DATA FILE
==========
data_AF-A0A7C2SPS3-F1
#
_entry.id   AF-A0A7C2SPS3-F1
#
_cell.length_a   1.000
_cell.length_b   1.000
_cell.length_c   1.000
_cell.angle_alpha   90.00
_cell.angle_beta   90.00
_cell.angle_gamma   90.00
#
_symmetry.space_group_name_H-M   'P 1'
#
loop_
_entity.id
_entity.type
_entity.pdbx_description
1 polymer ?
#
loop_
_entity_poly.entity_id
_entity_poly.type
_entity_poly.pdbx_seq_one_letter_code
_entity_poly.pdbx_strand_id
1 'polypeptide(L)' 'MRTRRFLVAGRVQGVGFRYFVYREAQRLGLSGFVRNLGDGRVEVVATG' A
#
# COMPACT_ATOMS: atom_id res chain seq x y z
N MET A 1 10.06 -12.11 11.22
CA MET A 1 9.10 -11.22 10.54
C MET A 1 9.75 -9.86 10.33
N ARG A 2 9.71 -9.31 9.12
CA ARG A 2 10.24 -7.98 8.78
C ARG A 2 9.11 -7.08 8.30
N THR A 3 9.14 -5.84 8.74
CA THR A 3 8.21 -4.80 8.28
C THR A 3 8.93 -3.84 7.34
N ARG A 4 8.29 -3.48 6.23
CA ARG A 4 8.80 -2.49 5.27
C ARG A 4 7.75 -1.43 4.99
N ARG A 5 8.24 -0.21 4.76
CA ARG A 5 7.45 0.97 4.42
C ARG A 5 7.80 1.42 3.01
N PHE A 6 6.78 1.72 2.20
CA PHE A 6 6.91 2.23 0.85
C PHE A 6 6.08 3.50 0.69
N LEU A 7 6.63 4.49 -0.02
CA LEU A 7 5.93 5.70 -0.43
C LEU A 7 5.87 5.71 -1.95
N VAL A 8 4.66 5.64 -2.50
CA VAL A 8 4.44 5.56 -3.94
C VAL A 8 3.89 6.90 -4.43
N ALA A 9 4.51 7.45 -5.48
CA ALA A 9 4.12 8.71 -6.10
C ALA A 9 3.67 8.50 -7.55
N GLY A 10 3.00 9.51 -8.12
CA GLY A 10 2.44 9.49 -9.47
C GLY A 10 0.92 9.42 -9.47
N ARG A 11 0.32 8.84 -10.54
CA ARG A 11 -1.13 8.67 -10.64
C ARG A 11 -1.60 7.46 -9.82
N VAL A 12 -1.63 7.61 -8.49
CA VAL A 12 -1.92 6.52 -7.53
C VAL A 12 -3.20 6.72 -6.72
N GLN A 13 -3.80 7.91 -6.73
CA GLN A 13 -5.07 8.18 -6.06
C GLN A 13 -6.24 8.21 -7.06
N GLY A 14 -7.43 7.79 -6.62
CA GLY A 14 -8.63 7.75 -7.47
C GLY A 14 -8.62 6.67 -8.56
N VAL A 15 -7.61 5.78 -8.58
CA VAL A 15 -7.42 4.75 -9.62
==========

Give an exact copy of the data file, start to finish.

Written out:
data_AF-A0A7C2SPS3-F1
#
_entry.id   AF-A0A7C2SPS3-F1
#
_cell.length_a   1.000
_cell.length_b   1.000
_cell.length_c   1.000
_cell.angle_alpha   90.00
_cell.angle_beta   90.00
_cell.angle_gamma   90.00
#
_symmetry.space_group_name_H-M   'P 1'
#
loop_
_entity.id
_entity.type
_entity.pdbx_description
1 polymer ?
#
loop_
_entity_poly.entity_id
_entity_poly.type
_entity_poly.pdbx_seq_one_letter_code
_entity_poly.pdbx_strand_id
1 'polypeptide(L)' 'MRTRRFLVAGRVQGVGFRYFVYREAQRLGLSGFVRNLGDGRVEVVATG' A
#
# COMPACT_ATOMS: atom_id res chain seq x y z
N MET A 1 10.06 -12.11 11.22
CA MET A 1 9.10 -11.22 10.54
C MET A 1 9.75 -9.86 10.33
N ARG A 2 9.71 -9.31 9.12
CA ARG A 2 10.24 -7.98 8.78
C ARG A 2 9.11 -7.08 8.30
N THR A 3 9.14 -5.84 8.74
CA THR A 3 8.21 -4.80 8.28
C THR A 3 8.93 -3.84 7.34
N ARG A 4 8.29 -3.48 6.23
CA ARG A 4 8.80 -2.49 5.27
C ARG A 4 7.75 -1.43 4.99
N ARG A 5 8.24 -0.21 4.76
CA ARG A 5 7.45 0.97 4.42
C ARG A 5 7.80 1.42 3.01
N PHE A 6 6.78 1.72 2.20
CA PHE A 6 6.91 2.23 0.85
C PHE A 6 6.08 3.50 0.69
N LEU A 7 6.63 4.49 -0.02
CA LEU A 7 5.93 5.70 -0.43
C LEU A 7 5.87 5.71 -1.95
N VAL A 8 4.66 5.64 -2.50
CA VAL A 8 4.44 5.56 -3.94
C VAL A 8 3.89 6.90 -4.43
N ALA A 9 4.51 7.45 -5.48
CA ALA A 9 4.12 8.71 -6.10
C ALA A 9 3.67 8.50 -7.55
N GLY A 10 3.00 9.51 -8.12
CA GLY A 10 2.44 9.49 -9.47
C GLY A 10 0.92 9.42 -9.47
N ARG A 11 0.32 8.84 -10.54
CA ARG A 11 -1.13 8.67 -10.64
C ARG A 11 -1.60 7.46 -9.82
N VAL A 12 -1.63 7.61 -8.49
CA VAL A 12 -1.92 6.52 -7.53
C VAL A 12 -3.20 6.72 -6.72
N GLN A 13 -3.80 7.91 -6.73
CA GLN A 13 -5.07 8.18 -6.06
C GLN A 13 -6.24 8.21 -7.06
N GLY A 14 -7.43 7.79 -6.62
CA GLY A 14 -8.63 7.75 -7.47
C GLY A 14 -8.62 6.67 -8.56
N VAL A 15 -7.61 5.78 -8.58
CA VAL A 15 -7.42 4.75 -9.62